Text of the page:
Greek Publications in the Nineteenth Century: Books and Pamphlets (1801-
1818)] (Athens: 1997), Vol. I, pp. 95-96 (No. 13). This is a description
3. See Podskalsky, Griechische Theologie, pp. 379f.; Monk Theokletos,
Hagios Nikodemos ho Hagioreites, pp. 96ff.
4. See Monk Theokletos,
Hagios Nikodemos ho Hagioreites, pp. 175ff. (181).
5. See below.
6. Monk Theokletos,
Hagios Nikodemos ho Hagioreites,p. 181.
7. See Amato, Il Sacramento della Penitenza.
8. Podskalsky, Griechische Theologie, p. 380.
9. Emmanuel Frangiskou, "Haoratos
"Gymnasmata Pneumatikoa" (1800). Patroteta ton "metaphraseon" tou Nikodemou
Hagioreite [Unseen Warfare (1796) and Spiritual
Exercises (1800): The Authorship of the Translations by Nicodemos the Hagiorite] (Athens: 1993)
from the periodical O
Eranistw, Vol. XIX , pp. 102-135). The
that has hitherto been formed about Nicodemos the Hagiorites relationship
with the texts of Scupoli and Pinamonti and, beyond this, about the influence
Catholicism on his çuvre, is undergoing a radical change. It is clear
that this relationship
was wholly indirect (p. 127).
see the title-page of the book and p. 173.
12. Panagiotis Chrestou (Pateres
kai theologoi tou Christianismou [Christian Fathers and Theologians] [Thessaloniki: 1971], Vol. II, p. 324)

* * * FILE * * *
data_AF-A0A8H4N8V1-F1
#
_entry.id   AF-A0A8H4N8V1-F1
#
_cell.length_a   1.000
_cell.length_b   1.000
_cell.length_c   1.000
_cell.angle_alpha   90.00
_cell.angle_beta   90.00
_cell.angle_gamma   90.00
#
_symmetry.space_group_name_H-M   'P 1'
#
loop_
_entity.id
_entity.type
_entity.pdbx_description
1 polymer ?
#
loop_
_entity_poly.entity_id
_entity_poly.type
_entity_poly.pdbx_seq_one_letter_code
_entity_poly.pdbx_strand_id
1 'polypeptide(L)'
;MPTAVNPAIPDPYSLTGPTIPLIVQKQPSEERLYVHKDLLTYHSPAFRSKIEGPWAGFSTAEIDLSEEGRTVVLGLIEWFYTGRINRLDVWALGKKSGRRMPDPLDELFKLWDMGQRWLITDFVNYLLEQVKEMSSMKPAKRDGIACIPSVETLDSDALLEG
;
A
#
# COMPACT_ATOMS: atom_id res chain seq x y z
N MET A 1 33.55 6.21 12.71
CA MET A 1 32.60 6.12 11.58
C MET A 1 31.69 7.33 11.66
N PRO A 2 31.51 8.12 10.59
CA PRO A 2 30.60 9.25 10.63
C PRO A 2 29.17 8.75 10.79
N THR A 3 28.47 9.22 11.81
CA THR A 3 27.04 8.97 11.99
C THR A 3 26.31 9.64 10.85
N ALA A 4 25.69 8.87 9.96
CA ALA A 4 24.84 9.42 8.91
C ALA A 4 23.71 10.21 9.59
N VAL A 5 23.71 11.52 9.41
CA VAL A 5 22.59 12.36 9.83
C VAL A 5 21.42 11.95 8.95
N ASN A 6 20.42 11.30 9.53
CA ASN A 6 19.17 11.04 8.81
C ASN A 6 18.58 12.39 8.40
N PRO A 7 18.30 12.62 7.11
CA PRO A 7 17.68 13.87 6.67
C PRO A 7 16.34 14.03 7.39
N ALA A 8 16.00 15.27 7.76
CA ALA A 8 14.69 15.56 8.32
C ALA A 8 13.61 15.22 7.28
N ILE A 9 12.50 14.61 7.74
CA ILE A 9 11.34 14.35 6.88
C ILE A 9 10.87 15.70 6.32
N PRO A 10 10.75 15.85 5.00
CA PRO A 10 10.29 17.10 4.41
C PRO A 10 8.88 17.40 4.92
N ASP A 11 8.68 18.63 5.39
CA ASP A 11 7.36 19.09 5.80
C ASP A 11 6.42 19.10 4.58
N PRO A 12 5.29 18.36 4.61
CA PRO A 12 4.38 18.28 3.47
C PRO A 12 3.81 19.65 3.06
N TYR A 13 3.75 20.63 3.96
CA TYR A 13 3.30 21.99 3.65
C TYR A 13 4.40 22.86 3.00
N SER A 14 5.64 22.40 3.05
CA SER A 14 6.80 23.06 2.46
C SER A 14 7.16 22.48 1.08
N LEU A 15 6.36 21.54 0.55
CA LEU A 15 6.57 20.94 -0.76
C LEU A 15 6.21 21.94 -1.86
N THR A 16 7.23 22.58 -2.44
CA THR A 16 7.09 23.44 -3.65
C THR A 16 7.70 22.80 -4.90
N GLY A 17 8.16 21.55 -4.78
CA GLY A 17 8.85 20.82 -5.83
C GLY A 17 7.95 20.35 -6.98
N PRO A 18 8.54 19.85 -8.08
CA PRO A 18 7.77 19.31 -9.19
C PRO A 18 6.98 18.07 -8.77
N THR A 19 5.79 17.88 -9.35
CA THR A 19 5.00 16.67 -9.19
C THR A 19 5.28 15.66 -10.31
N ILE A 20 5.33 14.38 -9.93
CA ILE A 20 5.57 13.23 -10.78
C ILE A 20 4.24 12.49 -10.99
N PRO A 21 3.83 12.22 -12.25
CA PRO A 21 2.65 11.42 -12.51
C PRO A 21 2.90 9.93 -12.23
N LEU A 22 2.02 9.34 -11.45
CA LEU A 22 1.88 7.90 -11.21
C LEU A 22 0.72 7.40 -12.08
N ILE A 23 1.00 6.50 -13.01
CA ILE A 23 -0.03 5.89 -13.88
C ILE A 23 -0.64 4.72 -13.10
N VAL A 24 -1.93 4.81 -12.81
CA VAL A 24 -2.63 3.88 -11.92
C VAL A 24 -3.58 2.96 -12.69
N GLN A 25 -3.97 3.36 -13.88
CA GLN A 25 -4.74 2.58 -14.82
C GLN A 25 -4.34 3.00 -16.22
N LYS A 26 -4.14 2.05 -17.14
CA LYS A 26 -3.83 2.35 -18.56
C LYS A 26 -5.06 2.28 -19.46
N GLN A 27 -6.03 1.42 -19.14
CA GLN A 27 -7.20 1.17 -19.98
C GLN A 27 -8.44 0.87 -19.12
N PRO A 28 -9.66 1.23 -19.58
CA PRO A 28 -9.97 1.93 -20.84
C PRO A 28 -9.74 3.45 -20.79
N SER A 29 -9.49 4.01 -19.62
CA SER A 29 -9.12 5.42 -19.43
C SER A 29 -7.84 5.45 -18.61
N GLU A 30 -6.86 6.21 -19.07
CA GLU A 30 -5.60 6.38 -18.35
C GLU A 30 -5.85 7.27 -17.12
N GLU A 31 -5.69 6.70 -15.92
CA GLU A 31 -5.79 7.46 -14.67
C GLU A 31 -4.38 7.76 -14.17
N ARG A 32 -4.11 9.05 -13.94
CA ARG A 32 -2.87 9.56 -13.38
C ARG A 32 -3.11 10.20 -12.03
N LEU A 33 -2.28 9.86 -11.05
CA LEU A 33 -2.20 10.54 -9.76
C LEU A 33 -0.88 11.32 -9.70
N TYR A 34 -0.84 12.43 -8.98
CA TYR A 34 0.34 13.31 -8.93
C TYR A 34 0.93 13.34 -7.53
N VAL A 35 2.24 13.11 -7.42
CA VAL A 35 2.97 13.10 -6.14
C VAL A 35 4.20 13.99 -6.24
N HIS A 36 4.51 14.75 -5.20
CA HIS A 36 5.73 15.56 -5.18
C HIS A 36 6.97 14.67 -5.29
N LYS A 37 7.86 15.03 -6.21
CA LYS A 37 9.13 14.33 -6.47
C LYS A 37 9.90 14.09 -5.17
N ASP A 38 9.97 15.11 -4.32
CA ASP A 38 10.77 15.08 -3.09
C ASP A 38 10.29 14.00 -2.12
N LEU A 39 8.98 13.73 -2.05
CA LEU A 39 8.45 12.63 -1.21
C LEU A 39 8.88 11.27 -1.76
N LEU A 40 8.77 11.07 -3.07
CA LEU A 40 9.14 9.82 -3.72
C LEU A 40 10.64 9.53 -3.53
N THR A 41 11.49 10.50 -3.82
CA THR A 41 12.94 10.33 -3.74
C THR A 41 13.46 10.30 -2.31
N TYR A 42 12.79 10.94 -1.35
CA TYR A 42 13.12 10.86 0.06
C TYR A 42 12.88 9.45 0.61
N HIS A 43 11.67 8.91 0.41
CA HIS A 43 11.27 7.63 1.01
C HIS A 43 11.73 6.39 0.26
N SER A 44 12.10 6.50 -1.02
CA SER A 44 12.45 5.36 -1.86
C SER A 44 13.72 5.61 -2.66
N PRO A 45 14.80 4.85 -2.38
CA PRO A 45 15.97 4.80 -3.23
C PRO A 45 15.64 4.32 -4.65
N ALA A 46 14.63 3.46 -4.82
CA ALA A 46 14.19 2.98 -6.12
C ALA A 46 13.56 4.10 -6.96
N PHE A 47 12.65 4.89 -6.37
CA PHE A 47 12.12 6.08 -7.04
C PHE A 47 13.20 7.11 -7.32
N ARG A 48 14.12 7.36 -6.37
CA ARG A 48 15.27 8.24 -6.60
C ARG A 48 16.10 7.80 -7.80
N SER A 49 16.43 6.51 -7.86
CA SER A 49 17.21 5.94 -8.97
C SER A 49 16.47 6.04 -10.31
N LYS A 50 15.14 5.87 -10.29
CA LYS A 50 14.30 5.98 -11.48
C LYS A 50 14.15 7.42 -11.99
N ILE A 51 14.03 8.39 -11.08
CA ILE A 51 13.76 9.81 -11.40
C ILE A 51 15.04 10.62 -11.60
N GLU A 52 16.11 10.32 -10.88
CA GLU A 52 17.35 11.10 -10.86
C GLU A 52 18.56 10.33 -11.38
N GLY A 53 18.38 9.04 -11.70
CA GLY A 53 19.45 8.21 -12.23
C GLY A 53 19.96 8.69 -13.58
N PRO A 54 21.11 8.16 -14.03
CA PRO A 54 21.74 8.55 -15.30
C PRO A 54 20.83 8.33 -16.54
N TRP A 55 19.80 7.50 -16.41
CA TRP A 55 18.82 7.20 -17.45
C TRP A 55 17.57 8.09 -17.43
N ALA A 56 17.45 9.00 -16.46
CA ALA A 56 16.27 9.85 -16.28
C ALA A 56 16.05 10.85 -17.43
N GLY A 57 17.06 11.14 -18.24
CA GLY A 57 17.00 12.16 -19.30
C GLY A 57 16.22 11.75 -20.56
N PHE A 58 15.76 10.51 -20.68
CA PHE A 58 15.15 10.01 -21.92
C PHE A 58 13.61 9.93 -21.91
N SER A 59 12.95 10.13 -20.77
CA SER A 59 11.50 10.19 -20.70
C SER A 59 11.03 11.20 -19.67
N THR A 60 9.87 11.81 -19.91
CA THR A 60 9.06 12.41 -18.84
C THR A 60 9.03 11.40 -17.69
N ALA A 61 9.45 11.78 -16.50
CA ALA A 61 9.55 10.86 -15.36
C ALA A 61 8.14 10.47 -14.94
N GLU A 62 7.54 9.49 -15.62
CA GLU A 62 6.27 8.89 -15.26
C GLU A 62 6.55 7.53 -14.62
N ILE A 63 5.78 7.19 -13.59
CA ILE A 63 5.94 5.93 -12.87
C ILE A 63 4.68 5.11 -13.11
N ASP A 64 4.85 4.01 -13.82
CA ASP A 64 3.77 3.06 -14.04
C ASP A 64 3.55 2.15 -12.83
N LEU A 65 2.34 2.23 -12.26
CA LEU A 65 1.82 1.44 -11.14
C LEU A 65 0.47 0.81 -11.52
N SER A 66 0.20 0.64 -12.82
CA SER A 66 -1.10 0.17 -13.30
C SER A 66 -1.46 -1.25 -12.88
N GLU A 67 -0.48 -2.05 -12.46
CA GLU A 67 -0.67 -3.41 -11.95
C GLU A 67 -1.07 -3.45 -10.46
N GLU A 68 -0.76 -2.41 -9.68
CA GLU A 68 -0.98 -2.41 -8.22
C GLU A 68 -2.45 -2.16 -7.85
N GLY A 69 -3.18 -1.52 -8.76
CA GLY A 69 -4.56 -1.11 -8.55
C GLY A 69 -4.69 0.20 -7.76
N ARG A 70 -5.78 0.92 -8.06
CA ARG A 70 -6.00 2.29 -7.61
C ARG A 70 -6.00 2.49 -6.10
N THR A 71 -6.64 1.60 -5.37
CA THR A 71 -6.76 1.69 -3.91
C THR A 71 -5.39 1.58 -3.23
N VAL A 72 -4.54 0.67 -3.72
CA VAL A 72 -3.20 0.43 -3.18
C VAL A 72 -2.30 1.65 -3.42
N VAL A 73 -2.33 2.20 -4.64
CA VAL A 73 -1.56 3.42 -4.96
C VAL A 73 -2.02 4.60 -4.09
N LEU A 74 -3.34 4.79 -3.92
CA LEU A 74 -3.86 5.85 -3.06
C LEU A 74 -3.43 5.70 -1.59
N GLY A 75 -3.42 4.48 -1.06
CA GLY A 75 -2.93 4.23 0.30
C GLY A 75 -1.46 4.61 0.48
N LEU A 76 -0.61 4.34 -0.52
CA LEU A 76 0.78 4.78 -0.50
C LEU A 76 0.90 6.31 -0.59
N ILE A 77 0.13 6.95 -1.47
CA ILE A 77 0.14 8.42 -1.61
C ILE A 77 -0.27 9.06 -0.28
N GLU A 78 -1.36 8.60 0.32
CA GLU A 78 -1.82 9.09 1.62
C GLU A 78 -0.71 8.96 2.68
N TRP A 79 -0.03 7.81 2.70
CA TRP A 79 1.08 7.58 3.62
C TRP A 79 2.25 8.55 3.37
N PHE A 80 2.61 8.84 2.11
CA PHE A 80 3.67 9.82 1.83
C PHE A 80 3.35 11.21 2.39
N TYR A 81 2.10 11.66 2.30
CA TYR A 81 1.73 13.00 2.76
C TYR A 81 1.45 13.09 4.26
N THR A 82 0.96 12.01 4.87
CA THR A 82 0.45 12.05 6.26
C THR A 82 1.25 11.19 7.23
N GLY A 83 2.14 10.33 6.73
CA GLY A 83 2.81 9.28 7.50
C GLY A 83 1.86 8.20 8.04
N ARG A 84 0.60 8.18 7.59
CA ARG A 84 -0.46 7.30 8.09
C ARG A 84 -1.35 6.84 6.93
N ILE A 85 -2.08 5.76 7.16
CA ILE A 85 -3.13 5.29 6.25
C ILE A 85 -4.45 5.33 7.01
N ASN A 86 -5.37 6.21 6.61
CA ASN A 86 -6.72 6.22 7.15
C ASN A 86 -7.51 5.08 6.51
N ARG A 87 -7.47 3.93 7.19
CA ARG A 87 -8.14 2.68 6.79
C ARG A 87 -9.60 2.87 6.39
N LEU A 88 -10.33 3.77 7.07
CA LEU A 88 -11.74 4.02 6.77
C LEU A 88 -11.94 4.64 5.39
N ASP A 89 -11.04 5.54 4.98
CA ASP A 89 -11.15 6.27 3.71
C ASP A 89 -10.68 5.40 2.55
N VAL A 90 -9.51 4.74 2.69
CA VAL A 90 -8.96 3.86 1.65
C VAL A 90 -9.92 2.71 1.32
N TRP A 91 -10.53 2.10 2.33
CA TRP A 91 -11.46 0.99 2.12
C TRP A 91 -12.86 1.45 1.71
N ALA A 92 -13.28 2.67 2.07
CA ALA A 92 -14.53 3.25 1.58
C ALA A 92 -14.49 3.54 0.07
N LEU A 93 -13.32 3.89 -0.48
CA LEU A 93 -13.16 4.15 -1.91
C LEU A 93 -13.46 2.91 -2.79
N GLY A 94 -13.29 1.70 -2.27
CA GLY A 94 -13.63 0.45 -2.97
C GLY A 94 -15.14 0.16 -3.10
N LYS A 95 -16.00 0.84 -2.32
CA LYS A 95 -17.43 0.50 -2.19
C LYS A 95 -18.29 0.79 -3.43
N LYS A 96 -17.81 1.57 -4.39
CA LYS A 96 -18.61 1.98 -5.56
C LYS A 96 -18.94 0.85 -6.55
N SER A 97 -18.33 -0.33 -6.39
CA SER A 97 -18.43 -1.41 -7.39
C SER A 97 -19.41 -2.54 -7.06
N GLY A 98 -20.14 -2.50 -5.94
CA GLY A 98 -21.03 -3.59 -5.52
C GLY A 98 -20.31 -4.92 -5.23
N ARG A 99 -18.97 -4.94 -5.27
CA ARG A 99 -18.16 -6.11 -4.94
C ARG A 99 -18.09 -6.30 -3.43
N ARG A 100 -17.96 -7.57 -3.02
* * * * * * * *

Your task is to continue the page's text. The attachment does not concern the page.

a demerit that Nicodemos did not apply himself more to composing original
works, a view which is repeated also by Podskalsky (Griechische Theologie,
13. Concerning originality in the Patristic tradition, see the chapter
"To ergo ton Pateron kai to ergo ton
Philosophon" [The Work
of the Fathers
and the Work of the Philosophers], in S.G. Papadopoulos,
[Patrology] (Athens: 1977), Vol. I, pp. 58ff.
14. Hence, he makes everything Orthodox, such as, for example, the
of Western works by Emmanuel Romanitis.
16. Ibid., p. 79.
17. Ibid., p. 92. The work in question is
Didaskalia ophelimos peri metanoias
kai exomologeseos [Beneficial Teaching on
Repentance and Confession]
18. He recommends the study primarily of Canons 11 of the First cumenical
Synod; 102 of the Sixth; 2, 5, and 6 of the Synod of Ancyra; 1 and 2 of